Sony a7 vs a6300 Difference / Roundup Comparison
If you’re struggling to decide between these two excellent cameras, then this Sony a7 vs a6300 guide is perfect for you.
Both the Sony a7 and the Sony a6300 are capable of fantastic images, though they’re designed for different purposes.
While the a7 features a full-frame sensor and all the benefits that come with it (see our full frame vs crop guide), the a6300 is geared toward those who need a compact, ultra-fast camera for all-around shooting.
Note that both of these mirrorless cameras are relatively old – despite having a full-frame sensor, the Sony Alpha a7 debuted in 2013, while the a6300 started shipping in 2016.
But while neither sports today’s top-of-the-line technology that Sony is so famous for, they do offer some great capabilities for an excellent price.
Table of Contents
Sony 6300 vs a7 | Key Differences
1. Size & Weight
When it comes to size, both the Sony a7 and the a6300 are small – for their class, that is.
The Sony Alpha a7 was the first compact full-frame camera to hit the markets.
And the a6300 is almost small enough to be called pocket-sized; it’s absolutely dwarfed by competing APS-C DSLRs.
Compared against one another, however, the a6300 is by far the smaller and lighter of the two. It weighs just 404 g (14.25 oz), versus 474g (16.7 oz) for the a7.
And it would be lighter still if not for its high-quality build (it’s made out of magnesium alloy, compared to the mostly plastic a7).
Additionally, the a6300’s dimensions sit at a small 120 x 67 x 49mm, compared to the 126.9 x 94.4 x 48.2mm of the a7. A big part of this difference is the electronic viewfinder hump on the a7, which adds an extra 12 millimetres or so (the a6300’s EVF is integrated into the body).
So while either of these mirrorless cameras will work for travel photography or as a walkaround camera, the a6300 is going to be the better option if compactness is your main concern.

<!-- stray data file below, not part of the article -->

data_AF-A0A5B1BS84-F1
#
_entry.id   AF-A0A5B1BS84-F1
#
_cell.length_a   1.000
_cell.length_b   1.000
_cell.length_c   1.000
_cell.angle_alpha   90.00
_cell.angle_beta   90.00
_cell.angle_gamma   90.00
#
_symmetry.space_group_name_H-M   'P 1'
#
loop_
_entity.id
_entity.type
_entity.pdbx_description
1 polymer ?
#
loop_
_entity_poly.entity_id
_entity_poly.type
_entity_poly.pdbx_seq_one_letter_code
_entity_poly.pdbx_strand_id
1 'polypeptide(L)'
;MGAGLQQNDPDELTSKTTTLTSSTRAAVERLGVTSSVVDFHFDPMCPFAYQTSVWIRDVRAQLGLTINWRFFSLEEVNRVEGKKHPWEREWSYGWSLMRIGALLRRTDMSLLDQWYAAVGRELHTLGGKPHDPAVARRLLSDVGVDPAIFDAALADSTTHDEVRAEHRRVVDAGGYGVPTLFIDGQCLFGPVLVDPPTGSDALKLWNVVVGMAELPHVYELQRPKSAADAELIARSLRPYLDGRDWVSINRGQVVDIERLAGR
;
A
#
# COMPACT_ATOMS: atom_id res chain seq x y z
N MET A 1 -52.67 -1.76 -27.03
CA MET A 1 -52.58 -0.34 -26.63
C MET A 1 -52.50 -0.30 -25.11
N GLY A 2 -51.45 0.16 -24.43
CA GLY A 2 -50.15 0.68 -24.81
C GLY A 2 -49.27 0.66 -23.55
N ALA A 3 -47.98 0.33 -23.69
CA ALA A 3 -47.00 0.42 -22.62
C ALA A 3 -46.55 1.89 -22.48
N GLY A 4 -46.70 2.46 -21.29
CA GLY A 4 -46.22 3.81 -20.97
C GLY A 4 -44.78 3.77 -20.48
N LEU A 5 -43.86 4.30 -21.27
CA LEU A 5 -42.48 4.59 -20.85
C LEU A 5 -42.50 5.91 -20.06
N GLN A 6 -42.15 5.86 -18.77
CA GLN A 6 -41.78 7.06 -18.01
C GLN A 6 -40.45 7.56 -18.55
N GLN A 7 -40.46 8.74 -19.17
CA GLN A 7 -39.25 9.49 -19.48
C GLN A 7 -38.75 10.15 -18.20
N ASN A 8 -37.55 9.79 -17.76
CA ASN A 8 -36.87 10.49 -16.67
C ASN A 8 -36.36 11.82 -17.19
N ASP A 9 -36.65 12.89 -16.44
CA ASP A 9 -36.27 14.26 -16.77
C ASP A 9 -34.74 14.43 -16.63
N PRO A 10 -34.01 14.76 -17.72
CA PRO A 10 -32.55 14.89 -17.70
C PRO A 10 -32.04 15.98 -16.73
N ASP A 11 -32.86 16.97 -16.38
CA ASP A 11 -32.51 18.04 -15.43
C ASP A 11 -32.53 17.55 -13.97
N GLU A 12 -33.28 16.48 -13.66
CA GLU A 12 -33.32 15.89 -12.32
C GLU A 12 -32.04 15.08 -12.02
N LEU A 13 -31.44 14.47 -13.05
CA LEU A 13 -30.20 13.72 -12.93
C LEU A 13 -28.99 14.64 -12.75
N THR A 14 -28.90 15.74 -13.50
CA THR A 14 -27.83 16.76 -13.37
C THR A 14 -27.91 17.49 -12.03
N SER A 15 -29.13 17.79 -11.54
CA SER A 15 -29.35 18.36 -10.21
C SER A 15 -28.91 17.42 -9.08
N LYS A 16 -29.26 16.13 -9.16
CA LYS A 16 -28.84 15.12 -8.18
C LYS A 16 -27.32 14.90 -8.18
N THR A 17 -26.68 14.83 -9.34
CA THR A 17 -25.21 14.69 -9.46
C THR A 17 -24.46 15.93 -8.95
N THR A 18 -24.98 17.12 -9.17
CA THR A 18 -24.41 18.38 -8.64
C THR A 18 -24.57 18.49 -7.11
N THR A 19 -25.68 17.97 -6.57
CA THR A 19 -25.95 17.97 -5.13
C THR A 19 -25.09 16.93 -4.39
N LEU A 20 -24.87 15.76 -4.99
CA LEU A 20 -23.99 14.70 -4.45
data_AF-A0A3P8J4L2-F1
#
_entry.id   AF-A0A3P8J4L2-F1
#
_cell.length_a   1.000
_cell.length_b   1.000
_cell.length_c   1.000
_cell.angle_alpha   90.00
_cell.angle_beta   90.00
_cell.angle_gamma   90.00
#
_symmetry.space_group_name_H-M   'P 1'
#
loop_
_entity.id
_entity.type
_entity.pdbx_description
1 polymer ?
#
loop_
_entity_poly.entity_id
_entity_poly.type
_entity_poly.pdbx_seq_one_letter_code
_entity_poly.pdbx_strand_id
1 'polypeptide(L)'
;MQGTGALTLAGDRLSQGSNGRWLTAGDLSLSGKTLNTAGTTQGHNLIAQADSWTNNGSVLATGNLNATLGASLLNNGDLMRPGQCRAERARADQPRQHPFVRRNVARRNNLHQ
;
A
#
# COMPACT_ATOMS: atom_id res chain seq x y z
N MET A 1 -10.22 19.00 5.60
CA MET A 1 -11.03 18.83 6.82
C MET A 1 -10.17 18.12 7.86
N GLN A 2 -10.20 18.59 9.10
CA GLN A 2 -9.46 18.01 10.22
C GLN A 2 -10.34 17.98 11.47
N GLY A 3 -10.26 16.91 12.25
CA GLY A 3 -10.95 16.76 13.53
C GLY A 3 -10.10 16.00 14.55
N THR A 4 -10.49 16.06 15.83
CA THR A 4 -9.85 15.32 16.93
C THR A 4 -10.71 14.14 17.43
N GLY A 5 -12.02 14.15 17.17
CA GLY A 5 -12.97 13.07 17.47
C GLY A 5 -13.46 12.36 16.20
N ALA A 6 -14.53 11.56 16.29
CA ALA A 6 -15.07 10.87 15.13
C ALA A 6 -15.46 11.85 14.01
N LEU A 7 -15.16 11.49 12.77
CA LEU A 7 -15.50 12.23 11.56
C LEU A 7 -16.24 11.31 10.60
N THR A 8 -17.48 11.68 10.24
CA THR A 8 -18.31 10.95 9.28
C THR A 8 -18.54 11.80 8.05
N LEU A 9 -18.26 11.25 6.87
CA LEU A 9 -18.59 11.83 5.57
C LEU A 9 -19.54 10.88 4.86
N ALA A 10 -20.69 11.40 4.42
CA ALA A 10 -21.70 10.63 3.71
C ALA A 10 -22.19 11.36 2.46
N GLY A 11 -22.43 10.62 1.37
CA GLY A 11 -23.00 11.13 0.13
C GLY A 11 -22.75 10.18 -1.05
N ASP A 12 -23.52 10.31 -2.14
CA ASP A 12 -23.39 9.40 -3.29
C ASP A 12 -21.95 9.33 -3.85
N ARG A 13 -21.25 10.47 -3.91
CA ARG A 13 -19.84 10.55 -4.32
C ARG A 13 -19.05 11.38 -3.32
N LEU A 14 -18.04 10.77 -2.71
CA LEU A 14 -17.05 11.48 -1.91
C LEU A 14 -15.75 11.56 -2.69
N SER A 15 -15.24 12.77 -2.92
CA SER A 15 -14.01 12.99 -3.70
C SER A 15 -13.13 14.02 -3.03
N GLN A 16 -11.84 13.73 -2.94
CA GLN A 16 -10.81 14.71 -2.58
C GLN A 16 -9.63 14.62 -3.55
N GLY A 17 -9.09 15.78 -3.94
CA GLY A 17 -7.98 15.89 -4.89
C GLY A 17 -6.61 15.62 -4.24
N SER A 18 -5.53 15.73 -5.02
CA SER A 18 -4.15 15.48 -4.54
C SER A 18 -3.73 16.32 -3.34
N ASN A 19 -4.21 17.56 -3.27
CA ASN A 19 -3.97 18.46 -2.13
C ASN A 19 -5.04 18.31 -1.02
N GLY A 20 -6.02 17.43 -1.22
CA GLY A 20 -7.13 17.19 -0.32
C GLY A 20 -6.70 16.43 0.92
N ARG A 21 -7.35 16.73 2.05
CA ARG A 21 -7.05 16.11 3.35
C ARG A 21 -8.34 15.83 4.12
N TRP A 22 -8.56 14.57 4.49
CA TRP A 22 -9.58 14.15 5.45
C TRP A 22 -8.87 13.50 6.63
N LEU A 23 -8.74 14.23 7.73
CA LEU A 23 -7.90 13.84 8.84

Of course, a more compact camera does come with some drawbacks – which I’ll discuss in the next section.
As I mentioned above, the Sony a7 is the bigger and heavier camera, which means you’re stuck handling the greater size and weight, but do get bonuses such as a nice, comfortable grip, as well as an easier-to-use viewfinder and more spacious button placement.
Fortunately, Sony has taken steps to ensure that the a6300, despite its compact size, is still quite usable. In fact, the front grip on the a6300 is on par with that of the a7, though it is a bit more angular.
Personally, I struggle to work with the cramped button placement on a compact camera like the a6300. It’s easy to hit the wrong button by mistake, plus the buttons feel less substantial overall.
And while the Sony a7’s button placement is almost identical, that tiny bit of extra space matters – the Sony a7 buttons just feel better-positioned beneath your fingers.
Note that this may not be much of a problem for folks coming from a point-and-shoot camera, or even smartphone users.
But if you’re used to a DSLR – more so if the DSLR was full-frame – then you’re going to feel far, far more comfortable on the a7 over the a6300.
Now, one area where Sony consistently falls down is in terms of menu organization, and both mirrorless cameras are quite bad in this respect.
Nothing is logical, and finding the desired settings is a nightmare. That’s why my approach to using Sony cameras has become one of ‘set it and forget it.’
In other words: Customize the camera to work the way you want it, right off the bat. And from then on, only dive into the menus when absolutely necessary.
One last thing worth mentioning is the lack of a built-in flash on the a7. For most photographers, this won’t matter in the slightest, since you can always use an external flash – but if you’re prone to putting up the built-in flash in spur-of-the-moment low-light situations, then the a6300 might be the better choice.
3. Rear Screen and Electronic Viewfinder
Neither the a7 nor the a6300 have especially impressive electronic viewfinders.
Both offer 2.4M-dot resolution, and while they’re far from bad, they’re hardly class-leading.
I do find the design of the a6300’s EVF a bit off-putting. It’s positioned off to the left of the camera, in the corner, and this feels unnatural to me after using the DSLR-style centered EVF design.
So to my mind, at least, the a7’s EVF is preferred.
As for rear LCDs:
Neither has touch capabilities, and neither is fully articulating. They both tilt, which is useful for getting into odd angles, and will be appreciated by portrait photographers, architectural photographers, and street photographers, among others.